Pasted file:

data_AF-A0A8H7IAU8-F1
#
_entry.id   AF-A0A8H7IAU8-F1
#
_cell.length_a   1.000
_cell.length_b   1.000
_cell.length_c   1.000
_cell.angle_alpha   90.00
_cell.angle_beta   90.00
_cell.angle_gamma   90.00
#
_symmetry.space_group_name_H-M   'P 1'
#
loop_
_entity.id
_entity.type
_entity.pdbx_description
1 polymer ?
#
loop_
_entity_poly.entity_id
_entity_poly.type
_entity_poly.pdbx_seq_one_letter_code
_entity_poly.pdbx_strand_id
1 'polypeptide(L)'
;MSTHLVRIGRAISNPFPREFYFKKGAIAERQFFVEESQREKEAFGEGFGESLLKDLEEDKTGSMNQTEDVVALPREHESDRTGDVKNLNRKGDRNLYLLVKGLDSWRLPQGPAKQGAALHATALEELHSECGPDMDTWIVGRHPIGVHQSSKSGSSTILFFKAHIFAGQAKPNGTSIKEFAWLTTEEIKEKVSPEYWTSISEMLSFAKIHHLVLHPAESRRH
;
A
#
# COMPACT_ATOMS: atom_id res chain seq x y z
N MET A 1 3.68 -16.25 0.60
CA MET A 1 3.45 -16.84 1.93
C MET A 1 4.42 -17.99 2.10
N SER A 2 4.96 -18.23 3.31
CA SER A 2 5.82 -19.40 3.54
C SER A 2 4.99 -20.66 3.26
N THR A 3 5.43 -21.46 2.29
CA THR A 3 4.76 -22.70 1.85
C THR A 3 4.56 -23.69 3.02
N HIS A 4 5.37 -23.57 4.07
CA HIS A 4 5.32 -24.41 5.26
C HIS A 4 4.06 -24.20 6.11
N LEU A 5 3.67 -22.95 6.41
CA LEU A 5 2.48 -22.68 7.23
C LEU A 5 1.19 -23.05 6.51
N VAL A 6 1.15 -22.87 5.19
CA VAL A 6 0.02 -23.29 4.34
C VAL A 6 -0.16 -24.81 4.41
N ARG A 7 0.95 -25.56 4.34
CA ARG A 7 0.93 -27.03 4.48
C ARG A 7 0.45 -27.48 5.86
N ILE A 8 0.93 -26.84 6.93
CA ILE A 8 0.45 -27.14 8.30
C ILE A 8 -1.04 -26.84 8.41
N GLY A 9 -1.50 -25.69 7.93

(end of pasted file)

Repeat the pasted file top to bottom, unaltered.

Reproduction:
data_AF-A0A8H7IAU8-F1
#
_entry.id   AF-A0A8H7IAU8-F1
#
_cell.length_a   1.000
_cell.length_b   1.000
_cell.length_c   1.000
_cell.angle_alpha   90.00
_cell.angle_beta   90.00
_cell.angle_gamma   90.00
#
_symmetry.space_group_name_H-M   'P 1'
#
loop_
_entity.id
_entity.type
_entity.pdbx_description
1 polymer ?
#
loop_
_entity_poly.entity_id
_entity_poly.type
_entity_poly.pdbx_seq_one_letter_code
_entity_poly.pdbx_strand_id
1 'polypeptide(L)'
;MSTHLVRIGRAISNPFPREFYFKKGAIAERQFFVEESQREKEAFGEGFGESLLKDLEEDKTGSMNQTEDVVALPREHESDRTGDVKNLNRKGDRNLYLLVKGLDSWRLPQGPAKQGAALHATALEELHSECGPDMDTWIVGRHPIGVHQSSKSGSSTILFFKAHIFAGQAKPNGTSIKEFAWLTTEEIKEKVSPEYWTSISEMLSFAKIHHLVLHPAESRRH
;
A
#
# COMPACT_ATOMS: atom_id res chain seq x y z
N MET A 1 3.68 -16.25 0.60
CA MET A 1 3.45 -16.84 1.93
C MET A 1 4.42 -17.99 2.10
N SER A 2 4.96 -18.23 3.31
CA SER A 2 5.82 -19.40 3.54
C SER A 2 4.99 -20.66 3.26
N THR A 3 5.43 -21.46 2.29
CA THR A 3 4.76 -22.70 1.85
C THR A 3 4.56 -23.69 3.02
N HIS A 4 5.37 -23.57 4.07
CA HIS A 4 5.32 -24.41 5.26
C HIS A 4 4.06 -24.20 6.11
N LEU A 5 3.67 -22.95 6.41
CA LEU A 5 2.48 -22.68 7.23
C LEU A 5 1.19 -23.05 6.51
N VAL A 6 1.15 -22.87 5.19
CA VAL A 6 0.02 -23.29 4.34
C VAL A 6 -0.16 -24.81 4.41
N ARG A 7 0.95 -25.56 4.34
CA ARG A 7 0.93 -27.03 4.48
C ARG A 7 0.45 -27.48 5.86
N ILE A 8 0.93 -26.84 6.93
CA ILE A 8 0.45 -27.14 8.30
C ILE A 8 -1.04 -26.84 8.41
N GLY A 9 -1.50 -25.69 7.93